Let’s not be too quick to cheer for the market as oil prices slump

Another title for this piece could be oil prices and politics. The last few weeks have been full of worries about the fate of Canada’s oil sector. Global oil prices are falling, pipelines are stalled and a few prominent tar sands investments have been canceled. All of these stories have been accompanied by cheering from the barricades representing those who want to Canada ween itself off its high-carbon fossil fuel industry as quickly as possible.

I, too, won’t be shedding any tears for the tar sands but it is good to keep things in perspective. Questioning the market for allocation of investment towards more fossil fuel development and more climate change, the lesson of the week is not to cheer too quickly for the market’s changing fortunes. Here’s a few charts that provide some of that perspective. (more…)

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Kshama Sawant talks socialism in Seattle and beyond

Last year, Kshama Sawant shocked the continent by winning a seat on Seattle’s City Council. She defeated an incumbent Democrat to become the first openly socialist city councillor in Seattle in a century. Sawant, an immigrant from India with a background as a software engineer and an economics professor, is a militant socialist activist who played a major role in the 2011 Occupy protests. Not your typical politician to say the least.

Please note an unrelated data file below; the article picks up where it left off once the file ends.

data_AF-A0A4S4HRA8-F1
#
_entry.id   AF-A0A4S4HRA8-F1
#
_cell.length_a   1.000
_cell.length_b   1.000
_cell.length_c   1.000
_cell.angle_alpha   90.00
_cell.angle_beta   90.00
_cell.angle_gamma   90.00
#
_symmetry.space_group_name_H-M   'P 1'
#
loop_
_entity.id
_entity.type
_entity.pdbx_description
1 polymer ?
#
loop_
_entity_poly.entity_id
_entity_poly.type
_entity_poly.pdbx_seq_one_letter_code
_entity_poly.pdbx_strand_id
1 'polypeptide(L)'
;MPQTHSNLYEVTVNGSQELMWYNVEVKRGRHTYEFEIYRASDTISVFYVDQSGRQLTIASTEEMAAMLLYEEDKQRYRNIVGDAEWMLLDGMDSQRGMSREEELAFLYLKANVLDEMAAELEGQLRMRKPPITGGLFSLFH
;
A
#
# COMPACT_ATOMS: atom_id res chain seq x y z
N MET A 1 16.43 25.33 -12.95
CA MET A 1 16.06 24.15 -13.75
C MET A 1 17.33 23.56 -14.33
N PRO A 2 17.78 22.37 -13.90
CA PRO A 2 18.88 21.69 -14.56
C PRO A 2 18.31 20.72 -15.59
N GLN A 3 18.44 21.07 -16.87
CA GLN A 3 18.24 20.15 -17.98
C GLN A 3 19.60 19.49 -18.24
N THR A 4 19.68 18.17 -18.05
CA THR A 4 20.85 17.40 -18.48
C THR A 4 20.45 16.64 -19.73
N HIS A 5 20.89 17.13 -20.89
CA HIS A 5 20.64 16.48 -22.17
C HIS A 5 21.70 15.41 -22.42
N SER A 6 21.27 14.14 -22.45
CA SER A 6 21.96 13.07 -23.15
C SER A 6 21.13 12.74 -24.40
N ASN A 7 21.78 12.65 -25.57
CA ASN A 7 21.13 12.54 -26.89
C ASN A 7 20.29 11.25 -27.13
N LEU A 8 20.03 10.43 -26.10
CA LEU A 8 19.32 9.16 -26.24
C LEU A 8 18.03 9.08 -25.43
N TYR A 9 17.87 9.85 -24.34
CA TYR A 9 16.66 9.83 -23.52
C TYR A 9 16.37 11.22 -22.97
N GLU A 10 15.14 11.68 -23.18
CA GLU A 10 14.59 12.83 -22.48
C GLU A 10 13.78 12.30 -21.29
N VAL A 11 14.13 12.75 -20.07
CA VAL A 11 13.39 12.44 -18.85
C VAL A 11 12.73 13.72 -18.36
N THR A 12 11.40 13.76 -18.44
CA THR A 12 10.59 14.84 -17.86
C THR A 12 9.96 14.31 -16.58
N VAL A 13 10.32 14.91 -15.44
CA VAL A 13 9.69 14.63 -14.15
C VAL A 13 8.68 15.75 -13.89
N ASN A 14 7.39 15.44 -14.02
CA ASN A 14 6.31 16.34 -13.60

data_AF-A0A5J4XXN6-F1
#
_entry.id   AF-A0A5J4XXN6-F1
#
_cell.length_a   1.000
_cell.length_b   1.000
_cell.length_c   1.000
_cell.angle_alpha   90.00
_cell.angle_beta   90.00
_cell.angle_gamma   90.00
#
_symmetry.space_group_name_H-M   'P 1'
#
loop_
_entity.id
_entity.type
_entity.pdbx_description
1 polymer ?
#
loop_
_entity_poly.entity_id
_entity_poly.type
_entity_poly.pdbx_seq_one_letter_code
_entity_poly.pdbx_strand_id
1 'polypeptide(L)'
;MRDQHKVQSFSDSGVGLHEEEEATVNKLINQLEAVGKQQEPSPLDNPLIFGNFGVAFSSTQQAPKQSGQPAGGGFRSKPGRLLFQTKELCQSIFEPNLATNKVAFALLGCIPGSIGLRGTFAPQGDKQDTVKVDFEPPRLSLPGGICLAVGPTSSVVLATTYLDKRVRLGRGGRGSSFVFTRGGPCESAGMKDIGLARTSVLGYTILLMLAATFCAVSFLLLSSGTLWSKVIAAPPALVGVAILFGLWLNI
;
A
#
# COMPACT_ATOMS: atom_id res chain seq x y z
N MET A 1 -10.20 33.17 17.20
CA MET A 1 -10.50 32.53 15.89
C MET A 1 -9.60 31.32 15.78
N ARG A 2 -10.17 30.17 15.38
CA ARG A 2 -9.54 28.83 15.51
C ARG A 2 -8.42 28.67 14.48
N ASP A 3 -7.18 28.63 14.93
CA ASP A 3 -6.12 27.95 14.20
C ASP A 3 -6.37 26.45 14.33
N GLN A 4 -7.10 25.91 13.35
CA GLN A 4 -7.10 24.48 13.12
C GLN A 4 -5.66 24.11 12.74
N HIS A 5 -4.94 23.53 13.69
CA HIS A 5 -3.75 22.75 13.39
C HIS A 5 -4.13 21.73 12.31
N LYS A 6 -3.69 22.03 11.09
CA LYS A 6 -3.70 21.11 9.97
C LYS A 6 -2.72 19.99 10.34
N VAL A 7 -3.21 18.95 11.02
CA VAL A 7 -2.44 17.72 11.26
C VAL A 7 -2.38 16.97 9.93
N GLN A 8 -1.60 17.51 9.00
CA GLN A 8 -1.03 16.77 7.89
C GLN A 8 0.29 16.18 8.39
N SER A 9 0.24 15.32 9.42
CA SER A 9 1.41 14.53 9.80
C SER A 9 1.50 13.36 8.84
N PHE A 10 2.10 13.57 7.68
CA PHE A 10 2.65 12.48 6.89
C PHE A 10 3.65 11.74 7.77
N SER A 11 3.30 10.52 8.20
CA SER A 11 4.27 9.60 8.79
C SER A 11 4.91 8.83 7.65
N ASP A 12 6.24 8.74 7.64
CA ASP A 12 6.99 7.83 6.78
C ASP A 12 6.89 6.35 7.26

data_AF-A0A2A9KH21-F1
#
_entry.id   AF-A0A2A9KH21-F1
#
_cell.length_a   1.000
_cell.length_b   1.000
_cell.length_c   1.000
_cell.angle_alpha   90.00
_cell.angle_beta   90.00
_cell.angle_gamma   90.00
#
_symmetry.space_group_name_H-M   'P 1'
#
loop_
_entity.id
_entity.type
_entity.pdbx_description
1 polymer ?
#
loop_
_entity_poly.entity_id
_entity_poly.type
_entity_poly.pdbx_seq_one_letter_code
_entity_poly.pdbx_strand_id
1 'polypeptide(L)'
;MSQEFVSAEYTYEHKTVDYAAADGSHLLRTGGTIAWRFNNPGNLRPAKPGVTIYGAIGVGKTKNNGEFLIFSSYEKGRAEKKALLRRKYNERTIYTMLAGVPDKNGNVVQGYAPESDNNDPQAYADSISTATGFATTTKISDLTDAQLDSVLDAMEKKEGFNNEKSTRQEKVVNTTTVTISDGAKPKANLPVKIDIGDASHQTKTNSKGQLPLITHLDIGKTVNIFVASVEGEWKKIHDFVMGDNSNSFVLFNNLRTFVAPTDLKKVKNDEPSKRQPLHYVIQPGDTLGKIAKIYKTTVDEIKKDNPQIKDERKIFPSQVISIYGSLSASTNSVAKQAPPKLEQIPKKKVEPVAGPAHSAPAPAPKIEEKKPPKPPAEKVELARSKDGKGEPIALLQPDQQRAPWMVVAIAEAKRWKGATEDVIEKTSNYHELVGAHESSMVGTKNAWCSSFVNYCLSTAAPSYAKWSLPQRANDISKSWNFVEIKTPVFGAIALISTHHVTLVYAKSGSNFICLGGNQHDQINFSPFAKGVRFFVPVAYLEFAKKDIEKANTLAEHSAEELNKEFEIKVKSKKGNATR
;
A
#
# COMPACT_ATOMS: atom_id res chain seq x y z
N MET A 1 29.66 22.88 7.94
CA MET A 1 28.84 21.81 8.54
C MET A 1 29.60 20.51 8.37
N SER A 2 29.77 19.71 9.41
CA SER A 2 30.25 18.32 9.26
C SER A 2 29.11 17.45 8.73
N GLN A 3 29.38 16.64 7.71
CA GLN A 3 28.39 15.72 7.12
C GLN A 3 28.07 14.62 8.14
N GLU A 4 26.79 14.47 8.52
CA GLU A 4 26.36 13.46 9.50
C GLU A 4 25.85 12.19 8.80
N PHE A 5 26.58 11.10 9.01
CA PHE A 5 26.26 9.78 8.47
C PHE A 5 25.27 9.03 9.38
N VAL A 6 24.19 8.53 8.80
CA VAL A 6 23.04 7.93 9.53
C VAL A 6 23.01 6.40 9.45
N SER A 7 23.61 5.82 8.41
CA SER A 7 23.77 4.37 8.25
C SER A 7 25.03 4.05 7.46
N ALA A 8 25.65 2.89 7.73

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Sawant’s surprise electoral win in Seattle has sparked discussion across North America. Last week, she made her first speaking appearance in Canada, addressing a fundraising event organized by the Coalition of Progressive Electors in Vancouver. I sat down with her before the event for a wide-ranging discussion touching on everything from her background in economics to the minimum wage compromise in Seattle and the role of transitional demands in fighting climate change to the history of sectarianism and building today’s left.

Side note: you can now subscribe to Political Eh-conomy Radio on iTunes. Follow this link.

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Climate catastrophism and building a climate movement

This will be a weekend of global climate activism. Marches and forums are planned around the world, with the largest set for New York City: the three-day Climate Convergence and the People’s Climate March on Sunday expected to draw hundreds of thousands. I spoke with Arun Gupta, co-founder of The Indypendent, author and journalist living in NYC for a critical but constructive take on the weekend’s events and climate politics more generally.

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Paths old and new: beyond the tar sands

This is an expansion of my last piece on the tar sands. The expanded form was republished as a Bullet at Socialist Project. I’ve decided to post the new bits here as they can stand alone.

On a path to nowhere